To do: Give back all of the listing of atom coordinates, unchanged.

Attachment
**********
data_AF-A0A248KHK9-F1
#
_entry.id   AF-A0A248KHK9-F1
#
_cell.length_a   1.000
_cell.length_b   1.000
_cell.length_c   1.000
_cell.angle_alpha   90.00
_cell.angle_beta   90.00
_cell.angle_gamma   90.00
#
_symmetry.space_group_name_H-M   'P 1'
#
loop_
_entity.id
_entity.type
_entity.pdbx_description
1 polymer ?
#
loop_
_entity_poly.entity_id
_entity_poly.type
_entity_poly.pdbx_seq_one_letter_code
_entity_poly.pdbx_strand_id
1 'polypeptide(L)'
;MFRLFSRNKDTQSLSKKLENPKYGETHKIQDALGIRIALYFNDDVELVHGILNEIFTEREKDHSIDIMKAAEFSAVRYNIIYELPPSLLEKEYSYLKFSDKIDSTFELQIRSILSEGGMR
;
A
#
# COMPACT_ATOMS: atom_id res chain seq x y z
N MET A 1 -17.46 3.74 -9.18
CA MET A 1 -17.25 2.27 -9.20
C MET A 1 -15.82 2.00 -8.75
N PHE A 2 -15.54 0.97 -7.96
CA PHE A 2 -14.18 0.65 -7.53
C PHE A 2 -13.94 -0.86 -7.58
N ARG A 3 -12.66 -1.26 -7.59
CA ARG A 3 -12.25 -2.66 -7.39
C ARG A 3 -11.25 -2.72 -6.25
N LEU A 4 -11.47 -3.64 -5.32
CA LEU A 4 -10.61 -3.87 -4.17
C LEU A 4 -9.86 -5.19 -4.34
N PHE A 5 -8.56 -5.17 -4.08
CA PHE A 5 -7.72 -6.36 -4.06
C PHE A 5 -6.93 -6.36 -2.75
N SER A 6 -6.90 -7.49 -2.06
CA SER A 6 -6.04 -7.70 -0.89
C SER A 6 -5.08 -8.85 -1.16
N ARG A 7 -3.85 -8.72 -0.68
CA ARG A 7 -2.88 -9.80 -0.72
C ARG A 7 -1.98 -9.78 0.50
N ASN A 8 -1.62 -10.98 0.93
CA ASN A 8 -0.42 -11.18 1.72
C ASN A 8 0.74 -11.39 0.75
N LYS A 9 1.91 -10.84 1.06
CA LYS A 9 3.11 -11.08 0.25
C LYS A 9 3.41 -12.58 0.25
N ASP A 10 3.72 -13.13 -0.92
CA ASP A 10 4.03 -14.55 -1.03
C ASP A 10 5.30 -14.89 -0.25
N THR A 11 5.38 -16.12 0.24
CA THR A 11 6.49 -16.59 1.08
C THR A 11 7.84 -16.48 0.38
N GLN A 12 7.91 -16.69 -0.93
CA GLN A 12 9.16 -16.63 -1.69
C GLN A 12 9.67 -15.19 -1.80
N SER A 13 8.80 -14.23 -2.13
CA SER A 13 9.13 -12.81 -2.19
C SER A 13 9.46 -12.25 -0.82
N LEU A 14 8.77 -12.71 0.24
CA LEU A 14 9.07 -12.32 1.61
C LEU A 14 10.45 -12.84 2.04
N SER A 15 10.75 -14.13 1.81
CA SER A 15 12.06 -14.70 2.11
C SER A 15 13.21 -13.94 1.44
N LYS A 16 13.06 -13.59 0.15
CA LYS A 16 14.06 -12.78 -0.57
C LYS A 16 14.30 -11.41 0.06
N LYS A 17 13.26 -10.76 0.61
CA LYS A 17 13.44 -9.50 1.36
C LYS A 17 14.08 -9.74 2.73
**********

data_AF-A0A248KHK9-F1
#
_entry.id   AF-A0A248KHK9-F1
#
_cell.length_a   1.000
_cell.length_b   1.000
_cell.length_c   1.000
_cell.angle_alpha   90.00
_cell.angle_beta   90.00
_cell.angle_gamma   90.00
#
_symmetry.space_group_name_H-M   'P 1'
#
loop_
_entity.id
_entity.type
_entity.pdbx_description
1 polymer ?
#
loop_
_entity_poly.entity_id
_entity_poly.type
_entity_poly.pdbx_seq_one_letter_code
_entity_poly.pdbx_strand_id
1 'polypeptide(L)'
;MFRLFSRNKDTQSLSKKLENPKYGETHKIQDALGIRIALYFNDDVELVHGILNEIFTEREKDHSIDIMKAAEFSAVRYNIIYELPPSLLEKEYSYLKFSDKIDSTFELQIRSILSEGGMR
;
A
#
# COMPACT_ATOMS: atom_id res chain seq x y z
N MET A 1 -17.46 3.74 -9.18
CA MET A 1 -17.25 2.27 -9.20
C MET A 1 -15.82 2.00 -8.75
N PHE A 2 -15.54 0.97 -7.96
CA PHE A 2 -14.18 0.65 -7.53
C PHE A 2 -13.94 -0.86 -7.58
N ARG A 3 -12.66 -1.26 -7.59
CA ARG A 3 -12.25 -2.66 -7.39
C ARG A 3 -11.25 -2.72 -6.25
N LEU A 4 -11.47 -3.64 -5.32
CA LEU A 4 -10.61 -3.87 -4.17
C LEU A 4 -9.86 -5.19 -4.34
N PHE A 5 -8.56 -5.17 -4.08
CA PHE A 5 -7.72 -6.36 -4.06
C PHE A 5 -6.93 -6.36 -2.75
N SER A 6 -6.90 -7.49 -2.06
CA SER A 6 -6.04 -7.70 -0.89
C SER A 6 -5.08 -8.85 -1.16
N ARG A 7 -3.85 -8.72 -0.68
CA ARG A 7 -2.88 -9.80 -0.72
C ARG A 7 -1.98 -9.78 0.50
N ASN A 8 -1.62 -10.98 0.93
CA ASN A 8 -0.42 -11.18 1.72
C ASN A 8 0.74 -11.39 0.75
N LYS A 9 1.91 -10.84 1.06
CA LYS A 9 3.11 -11.08 0.25
C LYS A 9 3.41 -12.58 0.25
N ASP A 10 3.72 -13.13 -0.92
CA ASP A 10 4.03 -14.55 -1.03
C ASP A 10 5.30 -14.89 -0.25
N THR A 11 5.38 -16.12 0.24
CA THR A 11 6.49 -16.59 1.08
C THR A 11 7.84 -16.48 0.38
N GLN A 12 7.91 -16.69 -0.93
CA GLN A 12 9.16 -16.63 -1.69
C GLN A 12 9.67 -15.19 -1.80
N SER A 13 8.80 -14.23 -2.13
CA SER A 13 9.13 -12.81 -2.19
C SER A 13 9.46 -12.25 -0.82
N LEU A 14 8.77 -12.71 0.24
CA LEU A 14 9.07 -12.32 1.61
C LEU A 14 10.45 -12.84 2.04
N SER A 15 10.75 -14.13 1.81
CA SER A 15 12.06 -14.70 2.11
C SER A 15 13.21 -13.94 1.44
N LYS A 16 13.06 -13.59 0.15
CA LYS A 16 14.06 -12.78 -0.57
C LYS A 16 14.30 -11.41 0.06
N LYS A 17 13.26 -10.76 0.61
CA LYS A 17 13.44 -9.50 1.36
C LYS A 17 14.08 -9.74 2.73